Oskas wanted to find a way to retain a semblance of normalcy for his people, to maintain their culture, and to keep the people on at least part of their beloved homeland. He used every tool, every obstacle that he could think of, to keep the Menominee in Wisconsin rather than move them to a questionable reservation west of the Mississippi River. Given the incredible hurdles he faced, it would have been easy to give up and let the government win.
During this troubled period, Oskas’ adopted son was murdered by a white man in what is today Portage County. On New Year’s Day 1850, his 17-year-old son, said to be handsome, strong, and outgoing allegedly tried to take a glass of whiskey from a man named Joseph Cayau. For that, his son was stabbed to death. Cayau claimed the young man fell on his own blade. Justice Joseph Wood dismissed the case for lack of evidence; the Menominee were enraged. Fortunately, Oskas kept the angry Menominee warriors under control. Oskas went to Green Bay in an attempt to get justice through the Indian Subagent, William H. Bruce, but he refused to act. At that point, Oskas said, “It is clear that whites think less of an Indian than a dog, for if a white man’s dog had been killed, he would have satisfaction for it, but as it is only a poor Indian, it is no matter.” Yet, Oskas did not give up, but continued to seek a solution for his people and believed he could persuade the government to be fair to the Menominee.
A few months later, Oskas and 24 other Menominee leaders went to Minnesota. Game was scarce; the party only saw one deer and were unable to feed themselves. Returning in late summer, Oskas and other Menominee representatives traveled to Washington, D.C. One potent weapon Oskas had was the fact that he was an incredibly eloquent speaker. His remarkable ability to deliver powerfully and moving speeches was a true gift. In September 1850, he made an impassioned plea to President Millard Fillmore that had a tremendous emotional impact on everyone present. Sadly, no record of that speech survives. As a result, the President agreed to delay the Menominee’s move to Minnesota.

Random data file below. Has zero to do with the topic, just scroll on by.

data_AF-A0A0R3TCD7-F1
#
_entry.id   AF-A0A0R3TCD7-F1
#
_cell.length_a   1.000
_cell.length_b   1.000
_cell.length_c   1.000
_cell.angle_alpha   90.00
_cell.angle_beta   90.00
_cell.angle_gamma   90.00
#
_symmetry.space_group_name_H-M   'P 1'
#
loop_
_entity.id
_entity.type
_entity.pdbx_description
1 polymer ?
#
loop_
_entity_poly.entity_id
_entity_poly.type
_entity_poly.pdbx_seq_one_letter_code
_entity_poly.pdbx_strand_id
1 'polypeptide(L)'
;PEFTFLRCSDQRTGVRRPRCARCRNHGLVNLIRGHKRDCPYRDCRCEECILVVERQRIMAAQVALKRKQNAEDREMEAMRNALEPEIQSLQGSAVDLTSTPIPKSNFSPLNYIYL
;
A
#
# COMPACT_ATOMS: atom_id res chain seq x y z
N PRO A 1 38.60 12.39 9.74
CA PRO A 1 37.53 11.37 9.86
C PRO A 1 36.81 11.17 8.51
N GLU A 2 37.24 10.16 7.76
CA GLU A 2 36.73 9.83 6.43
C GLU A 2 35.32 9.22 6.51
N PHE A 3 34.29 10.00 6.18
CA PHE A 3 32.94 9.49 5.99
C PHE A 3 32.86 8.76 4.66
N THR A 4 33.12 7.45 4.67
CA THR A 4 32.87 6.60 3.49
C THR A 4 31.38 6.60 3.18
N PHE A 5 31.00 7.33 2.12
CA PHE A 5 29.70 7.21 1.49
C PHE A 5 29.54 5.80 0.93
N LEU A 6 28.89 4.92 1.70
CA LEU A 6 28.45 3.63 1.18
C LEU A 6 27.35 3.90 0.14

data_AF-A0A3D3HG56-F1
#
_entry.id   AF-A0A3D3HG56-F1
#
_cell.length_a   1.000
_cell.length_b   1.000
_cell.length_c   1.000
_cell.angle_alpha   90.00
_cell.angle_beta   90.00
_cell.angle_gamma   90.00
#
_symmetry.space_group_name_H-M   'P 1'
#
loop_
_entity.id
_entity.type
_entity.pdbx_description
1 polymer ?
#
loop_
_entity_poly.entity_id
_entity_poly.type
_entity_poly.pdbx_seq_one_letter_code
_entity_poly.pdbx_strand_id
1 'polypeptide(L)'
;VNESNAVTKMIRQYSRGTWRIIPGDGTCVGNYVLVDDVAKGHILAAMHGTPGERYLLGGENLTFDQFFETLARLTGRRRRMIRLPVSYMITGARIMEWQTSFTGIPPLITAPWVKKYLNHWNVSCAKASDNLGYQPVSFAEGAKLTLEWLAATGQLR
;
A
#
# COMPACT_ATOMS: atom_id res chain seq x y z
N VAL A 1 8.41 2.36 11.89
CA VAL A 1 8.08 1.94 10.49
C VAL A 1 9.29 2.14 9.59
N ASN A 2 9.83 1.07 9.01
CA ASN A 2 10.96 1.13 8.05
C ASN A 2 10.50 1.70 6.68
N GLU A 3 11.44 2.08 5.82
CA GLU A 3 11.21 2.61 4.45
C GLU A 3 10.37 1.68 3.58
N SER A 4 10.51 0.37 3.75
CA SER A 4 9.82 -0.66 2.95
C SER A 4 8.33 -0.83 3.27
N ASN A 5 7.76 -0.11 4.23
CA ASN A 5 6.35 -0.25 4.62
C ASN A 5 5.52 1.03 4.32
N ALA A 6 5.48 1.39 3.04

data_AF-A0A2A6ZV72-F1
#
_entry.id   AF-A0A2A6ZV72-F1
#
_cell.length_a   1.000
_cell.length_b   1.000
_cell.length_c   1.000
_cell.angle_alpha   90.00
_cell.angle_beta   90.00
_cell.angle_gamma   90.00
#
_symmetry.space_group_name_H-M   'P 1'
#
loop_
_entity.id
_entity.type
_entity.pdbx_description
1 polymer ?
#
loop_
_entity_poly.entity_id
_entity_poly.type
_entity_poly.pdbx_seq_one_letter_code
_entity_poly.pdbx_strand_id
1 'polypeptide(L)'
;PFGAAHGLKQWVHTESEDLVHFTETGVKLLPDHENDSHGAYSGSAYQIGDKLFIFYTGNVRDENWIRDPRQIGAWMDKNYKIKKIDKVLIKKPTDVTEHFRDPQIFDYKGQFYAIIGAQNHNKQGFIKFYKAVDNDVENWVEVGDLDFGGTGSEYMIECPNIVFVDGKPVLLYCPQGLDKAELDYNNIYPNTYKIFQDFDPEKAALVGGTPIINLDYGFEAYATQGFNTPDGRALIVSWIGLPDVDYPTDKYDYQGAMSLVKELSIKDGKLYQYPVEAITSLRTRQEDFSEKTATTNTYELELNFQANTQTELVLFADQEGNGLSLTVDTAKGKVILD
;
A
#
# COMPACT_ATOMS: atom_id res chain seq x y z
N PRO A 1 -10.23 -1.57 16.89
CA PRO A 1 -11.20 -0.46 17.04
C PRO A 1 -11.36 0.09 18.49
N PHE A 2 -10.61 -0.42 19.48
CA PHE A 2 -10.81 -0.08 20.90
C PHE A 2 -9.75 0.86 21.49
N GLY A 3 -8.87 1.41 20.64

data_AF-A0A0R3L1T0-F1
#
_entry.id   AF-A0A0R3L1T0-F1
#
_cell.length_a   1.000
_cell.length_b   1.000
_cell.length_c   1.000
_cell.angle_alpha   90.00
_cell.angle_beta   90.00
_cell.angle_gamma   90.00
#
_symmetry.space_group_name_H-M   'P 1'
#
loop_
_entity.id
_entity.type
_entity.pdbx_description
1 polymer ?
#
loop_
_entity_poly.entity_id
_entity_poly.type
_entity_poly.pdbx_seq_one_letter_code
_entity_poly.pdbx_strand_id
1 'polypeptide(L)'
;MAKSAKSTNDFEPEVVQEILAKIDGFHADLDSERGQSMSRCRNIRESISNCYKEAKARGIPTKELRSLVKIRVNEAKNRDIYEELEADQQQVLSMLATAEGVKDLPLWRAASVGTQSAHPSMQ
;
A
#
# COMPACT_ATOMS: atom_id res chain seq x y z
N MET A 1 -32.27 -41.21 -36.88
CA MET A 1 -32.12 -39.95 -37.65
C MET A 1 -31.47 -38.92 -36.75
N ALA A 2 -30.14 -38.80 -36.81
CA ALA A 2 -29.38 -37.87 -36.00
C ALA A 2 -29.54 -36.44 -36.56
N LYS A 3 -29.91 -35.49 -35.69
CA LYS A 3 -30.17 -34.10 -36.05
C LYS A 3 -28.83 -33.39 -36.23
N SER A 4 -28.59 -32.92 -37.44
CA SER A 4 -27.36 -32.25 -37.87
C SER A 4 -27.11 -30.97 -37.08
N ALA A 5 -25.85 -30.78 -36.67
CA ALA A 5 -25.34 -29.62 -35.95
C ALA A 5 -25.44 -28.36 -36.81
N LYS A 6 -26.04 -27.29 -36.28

In the autumn of 1852, the Menominee were camped around Lake Poygan to receive their annuity payment when word came from the government that they could temporarily have land around the headwaters of the Wolf River. However, it came with the stipulation that they had to move north immediately. The village consisted of children, women, the elderly, as well as young men. The weather was cold, and with each passing day, winter loomed closer. Oskas led the Menominee on the cold, grueling 75-mile trek north. Two years later, in 1854, a new treaty granted them about 250,000 acres as a reservation. Oskas was not satisfied and refused to sign until Congress gave them more compensation, which it did. He signed the new treaty with great reluctance.
The Menominee people did not abandon their identity. They remained united, held together in part by the gift the man we now call “Oshkosh” gave to his people. Today, the Menominee live on part of their ancestral homeland. It is unfortunate that this remarkable man is not remembered for his achievements.
Our identity as a people is tied to our history. Our shared story is the glue that binds us together as Americans, create unity, and gives our nation strength. Through peace, turmoil, and war, we draw on the knowledge that our country has seen worse, yet we endure. The Menominee kept their identity and culture, and a small part of their ancestral homeland was because of Oskas’ leadership.
P1931.3.6 Menominee women and children on the reservation during a Dream Dance gathering, c. 1910.
P1936.6.2. Menominee participants, including members of Chief Oshkosh’s family, during Oshkosh Semi-Centennial in 1903.
P2002.30 Chief Oshkosh, c. 1855.